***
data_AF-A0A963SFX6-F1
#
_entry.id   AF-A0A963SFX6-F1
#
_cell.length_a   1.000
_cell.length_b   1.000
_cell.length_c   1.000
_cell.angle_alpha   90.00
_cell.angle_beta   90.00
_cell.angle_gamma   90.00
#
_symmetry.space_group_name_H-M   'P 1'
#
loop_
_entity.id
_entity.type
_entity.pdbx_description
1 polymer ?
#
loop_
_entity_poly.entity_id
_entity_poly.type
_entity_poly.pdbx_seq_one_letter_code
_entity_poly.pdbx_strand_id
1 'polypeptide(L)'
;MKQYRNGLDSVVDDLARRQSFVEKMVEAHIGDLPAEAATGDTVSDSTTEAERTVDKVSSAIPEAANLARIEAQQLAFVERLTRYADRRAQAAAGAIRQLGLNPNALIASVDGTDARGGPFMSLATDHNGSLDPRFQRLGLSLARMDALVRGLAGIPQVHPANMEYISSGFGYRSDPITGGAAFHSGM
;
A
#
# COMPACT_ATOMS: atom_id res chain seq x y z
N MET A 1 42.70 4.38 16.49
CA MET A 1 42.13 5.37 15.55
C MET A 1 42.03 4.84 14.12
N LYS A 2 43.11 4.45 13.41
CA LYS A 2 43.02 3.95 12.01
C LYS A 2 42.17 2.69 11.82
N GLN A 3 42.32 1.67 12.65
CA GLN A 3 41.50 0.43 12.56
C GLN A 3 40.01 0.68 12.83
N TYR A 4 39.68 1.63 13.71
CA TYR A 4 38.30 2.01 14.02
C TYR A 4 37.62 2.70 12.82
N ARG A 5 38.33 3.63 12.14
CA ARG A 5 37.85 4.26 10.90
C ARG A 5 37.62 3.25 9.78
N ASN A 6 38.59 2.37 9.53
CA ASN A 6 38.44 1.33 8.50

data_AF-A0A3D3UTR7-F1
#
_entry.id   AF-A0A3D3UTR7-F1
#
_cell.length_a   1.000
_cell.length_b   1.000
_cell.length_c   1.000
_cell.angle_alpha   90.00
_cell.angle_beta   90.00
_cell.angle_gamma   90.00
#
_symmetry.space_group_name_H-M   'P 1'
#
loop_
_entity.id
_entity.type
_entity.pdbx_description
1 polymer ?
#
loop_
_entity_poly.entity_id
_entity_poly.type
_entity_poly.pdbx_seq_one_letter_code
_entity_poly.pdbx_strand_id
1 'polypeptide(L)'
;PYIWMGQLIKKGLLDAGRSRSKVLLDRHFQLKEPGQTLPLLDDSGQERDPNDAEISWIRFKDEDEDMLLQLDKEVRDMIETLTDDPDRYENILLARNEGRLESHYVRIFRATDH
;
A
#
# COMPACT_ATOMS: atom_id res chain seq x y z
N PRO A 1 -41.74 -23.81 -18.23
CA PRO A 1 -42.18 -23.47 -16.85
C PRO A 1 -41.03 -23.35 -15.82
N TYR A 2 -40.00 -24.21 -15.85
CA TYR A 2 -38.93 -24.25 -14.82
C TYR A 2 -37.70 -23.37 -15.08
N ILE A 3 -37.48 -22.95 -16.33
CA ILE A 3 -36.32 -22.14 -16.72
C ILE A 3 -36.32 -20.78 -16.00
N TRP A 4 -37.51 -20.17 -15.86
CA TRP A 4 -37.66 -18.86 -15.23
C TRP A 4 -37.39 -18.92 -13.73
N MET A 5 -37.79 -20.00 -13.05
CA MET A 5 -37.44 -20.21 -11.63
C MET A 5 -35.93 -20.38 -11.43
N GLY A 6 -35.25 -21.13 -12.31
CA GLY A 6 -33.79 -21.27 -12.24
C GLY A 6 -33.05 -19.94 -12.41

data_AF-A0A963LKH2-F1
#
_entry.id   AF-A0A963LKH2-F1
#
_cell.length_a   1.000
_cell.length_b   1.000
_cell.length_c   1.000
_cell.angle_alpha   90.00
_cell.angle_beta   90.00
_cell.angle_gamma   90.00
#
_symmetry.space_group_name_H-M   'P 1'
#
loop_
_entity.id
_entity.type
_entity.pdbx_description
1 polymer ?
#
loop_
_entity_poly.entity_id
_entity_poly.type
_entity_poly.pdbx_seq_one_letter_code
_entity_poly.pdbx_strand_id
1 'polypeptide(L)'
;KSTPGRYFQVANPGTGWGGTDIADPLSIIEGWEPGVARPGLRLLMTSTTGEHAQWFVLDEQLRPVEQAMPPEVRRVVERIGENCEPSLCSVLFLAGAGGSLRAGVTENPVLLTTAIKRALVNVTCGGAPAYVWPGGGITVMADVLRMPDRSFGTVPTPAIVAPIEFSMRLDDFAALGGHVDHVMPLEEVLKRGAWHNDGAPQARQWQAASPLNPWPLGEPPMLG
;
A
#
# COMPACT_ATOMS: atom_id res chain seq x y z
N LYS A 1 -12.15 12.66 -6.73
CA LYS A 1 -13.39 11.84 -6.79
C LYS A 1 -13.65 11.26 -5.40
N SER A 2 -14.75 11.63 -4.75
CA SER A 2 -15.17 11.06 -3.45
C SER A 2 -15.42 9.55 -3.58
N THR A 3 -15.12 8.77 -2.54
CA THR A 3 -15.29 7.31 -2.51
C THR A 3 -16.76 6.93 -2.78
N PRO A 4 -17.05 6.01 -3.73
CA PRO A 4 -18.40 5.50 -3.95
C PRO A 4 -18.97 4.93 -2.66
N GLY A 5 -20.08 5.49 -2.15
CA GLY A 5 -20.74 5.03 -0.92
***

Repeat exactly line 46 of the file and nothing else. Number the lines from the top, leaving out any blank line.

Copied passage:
N ASN A 6 38.59 2.37 9.53